How Might Defendant Answer A Personal Injury Complaint?

If the person that has suffered a personal injury cannot reach an agreement with the responsible party, then that same victim has the right to sue the same party. Defendants have the right to answer the suing party in either of 2 different ways.

The defendant could deny the existence of grounds for a lawsuit.

One argument that defendants have used, when denying the existence of grounds, relates to the 4 elements of negligence. The complaint filed by the plaintiff’s lawyer should provide sufficient details on each of those 4 elements.

The absence of sufficient details for even a single element could be used as a reason for denying the existence of grounds for suing the defendant. If the court has declared an absence of grounds, then the defendant has the right to answer the filed complaint with a denial.

A second argument that some defendants have used has related to the statute of limitations. If a complaint has been filed after the deadline, as stated in the statute of limitations, then the court has reason to support a denial by the defendant.

A defendant’s answer to a personal injury complaint could take the form of a defense.

One defense that the injury lawyers in Ottawa for a defendant use frequently concerns the need for the plaintiff to demonstrate mitigation of the damages. If the evidence does not show an effort to mitigate the damages, then that fact provides the defendant’s lawyer with a possible defense.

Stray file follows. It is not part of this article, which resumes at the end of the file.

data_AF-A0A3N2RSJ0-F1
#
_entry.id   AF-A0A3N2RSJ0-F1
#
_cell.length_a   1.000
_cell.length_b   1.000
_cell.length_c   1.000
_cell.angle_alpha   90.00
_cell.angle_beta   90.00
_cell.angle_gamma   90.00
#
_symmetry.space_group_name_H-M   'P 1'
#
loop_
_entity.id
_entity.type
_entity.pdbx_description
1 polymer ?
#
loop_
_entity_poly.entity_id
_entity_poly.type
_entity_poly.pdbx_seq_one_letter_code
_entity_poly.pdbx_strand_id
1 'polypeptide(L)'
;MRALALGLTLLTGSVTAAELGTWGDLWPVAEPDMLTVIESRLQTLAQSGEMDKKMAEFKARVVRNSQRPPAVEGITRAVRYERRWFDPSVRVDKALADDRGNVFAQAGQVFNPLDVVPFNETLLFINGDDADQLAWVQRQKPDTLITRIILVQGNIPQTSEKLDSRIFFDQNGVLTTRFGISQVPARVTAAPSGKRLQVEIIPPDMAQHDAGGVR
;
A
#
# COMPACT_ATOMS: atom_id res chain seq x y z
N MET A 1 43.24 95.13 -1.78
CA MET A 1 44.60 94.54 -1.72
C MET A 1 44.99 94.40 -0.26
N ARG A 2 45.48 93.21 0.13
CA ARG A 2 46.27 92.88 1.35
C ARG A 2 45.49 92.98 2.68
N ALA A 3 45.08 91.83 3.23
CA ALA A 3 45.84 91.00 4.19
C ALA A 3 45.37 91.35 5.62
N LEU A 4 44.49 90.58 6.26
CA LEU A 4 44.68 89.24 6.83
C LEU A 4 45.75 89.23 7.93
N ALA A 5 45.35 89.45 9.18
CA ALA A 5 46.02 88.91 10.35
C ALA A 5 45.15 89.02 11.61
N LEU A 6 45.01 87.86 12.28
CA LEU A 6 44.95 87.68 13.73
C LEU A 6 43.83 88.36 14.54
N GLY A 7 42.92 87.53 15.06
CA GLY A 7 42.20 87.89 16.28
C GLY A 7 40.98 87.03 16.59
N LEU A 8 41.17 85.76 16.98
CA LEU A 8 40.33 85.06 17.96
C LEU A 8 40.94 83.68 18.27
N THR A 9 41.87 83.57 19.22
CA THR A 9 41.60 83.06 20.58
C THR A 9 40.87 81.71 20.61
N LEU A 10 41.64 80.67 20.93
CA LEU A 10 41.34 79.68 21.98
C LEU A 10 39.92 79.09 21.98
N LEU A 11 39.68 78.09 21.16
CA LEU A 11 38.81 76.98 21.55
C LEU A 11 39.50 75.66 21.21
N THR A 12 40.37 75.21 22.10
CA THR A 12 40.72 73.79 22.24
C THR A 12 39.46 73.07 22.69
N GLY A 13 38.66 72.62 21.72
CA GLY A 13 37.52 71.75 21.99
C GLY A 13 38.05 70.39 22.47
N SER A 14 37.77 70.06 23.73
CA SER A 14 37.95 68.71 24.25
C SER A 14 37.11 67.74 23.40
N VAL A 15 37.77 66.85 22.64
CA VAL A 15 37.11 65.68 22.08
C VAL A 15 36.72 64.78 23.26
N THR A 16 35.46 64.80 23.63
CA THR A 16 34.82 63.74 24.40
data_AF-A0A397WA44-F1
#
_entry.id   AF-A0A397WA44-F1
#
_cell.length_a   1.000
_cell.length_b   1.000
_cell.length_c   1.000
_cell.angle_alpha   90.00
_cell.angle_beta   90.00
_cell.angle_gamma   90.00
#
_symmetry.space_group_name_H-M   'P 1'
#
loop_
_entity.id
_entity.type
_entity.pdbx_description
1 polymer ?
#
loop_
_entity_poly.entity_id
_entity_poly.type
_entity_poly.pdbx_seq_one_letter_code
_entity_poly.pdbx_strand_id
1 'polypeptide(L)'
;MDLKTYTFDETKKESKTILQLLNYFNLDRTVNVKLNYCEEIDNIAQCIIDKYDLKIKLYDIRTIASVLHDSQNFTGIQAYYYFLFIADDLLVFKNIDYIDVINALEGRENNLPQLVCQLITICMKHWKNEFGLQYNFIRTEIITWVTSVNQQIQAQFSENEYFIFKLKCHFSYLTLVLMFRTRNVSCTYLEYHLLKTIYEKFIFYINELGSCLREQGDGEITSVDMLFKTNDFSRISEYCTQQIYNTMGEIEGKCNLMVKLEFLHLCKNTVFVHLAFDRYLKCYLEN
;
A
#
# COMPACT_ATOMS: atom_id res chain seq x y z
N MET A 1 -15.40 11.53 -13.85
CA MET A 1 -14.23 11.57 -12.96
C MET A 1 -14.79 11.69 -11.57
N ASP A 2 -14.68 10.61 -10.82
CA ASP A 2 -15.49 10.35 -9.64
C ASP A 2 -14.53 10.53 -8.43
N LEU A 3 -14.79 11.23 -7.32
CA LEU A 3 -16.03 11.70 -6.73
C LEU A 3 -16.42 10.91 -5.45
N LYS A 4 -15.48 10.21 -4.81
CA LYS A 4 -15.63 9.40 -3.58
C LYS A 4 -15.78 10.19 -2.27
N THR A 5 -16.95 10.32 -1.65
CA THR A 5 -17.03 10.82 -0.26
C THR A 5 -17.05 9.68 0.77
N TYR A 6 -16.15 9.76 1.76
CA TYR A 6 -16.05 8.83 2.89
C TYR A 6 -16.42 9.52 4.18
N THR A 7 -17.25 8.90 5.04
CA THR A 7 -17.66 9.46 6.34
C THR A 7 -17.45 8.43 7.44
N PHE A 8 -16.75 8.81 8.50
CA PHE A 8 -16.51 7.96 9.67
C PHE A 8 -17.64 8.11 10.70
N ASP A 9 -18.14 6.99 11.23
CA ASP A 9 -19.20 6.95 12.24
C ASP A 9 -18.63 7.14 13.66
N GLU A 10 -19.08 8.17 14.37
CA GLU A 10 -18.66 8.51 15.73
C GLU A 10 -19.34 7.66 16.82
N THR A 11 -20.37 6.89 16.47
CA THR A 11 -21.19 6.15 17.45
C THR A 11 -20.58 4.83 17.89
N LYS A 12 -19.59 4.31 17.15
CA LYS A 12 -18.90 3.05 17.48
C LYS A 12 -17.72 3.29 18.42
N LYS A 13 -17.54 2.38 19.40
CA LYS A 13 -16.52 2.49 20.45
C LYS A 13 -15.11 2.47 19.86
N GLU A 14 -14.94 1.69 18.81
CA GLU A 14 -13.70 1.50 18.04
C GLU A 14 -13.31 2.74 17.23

How could a lawyer show the absence of an effort to mitigate damages? The time between the accident’s occurrence and the plaintiff’s first visit with a doctor could suggest a failure to carry out the expected mitigating actions. Smart victims see a doctor as soon as possible, following an accident’s occurrence.

A second possible defense could be based on a plaintiff’s assumption of risk. That sort of defense could be used, if the plaintiff had been injured while at some sort of recreational facility.

The owners of such facilities normally ask customers to sign a form that shows their readiness to accept the known risks. Yet that form could not become the basis for a defense, if the facility were to demonstrate gross negligence. That fact underscores the reason that lawyers often accuse such facilities of having committed an act of gross negligence.

An accusation of shared fault would be another possible defense. In addition, the team defending the allegedly responsible party might offer evidence to suggest that a 3rd party should be held accountable for the damages to the plaintiff. For instance, the victim of an intoxicated driver might seek to blame the person that had been serving all of the alcoholic beverages.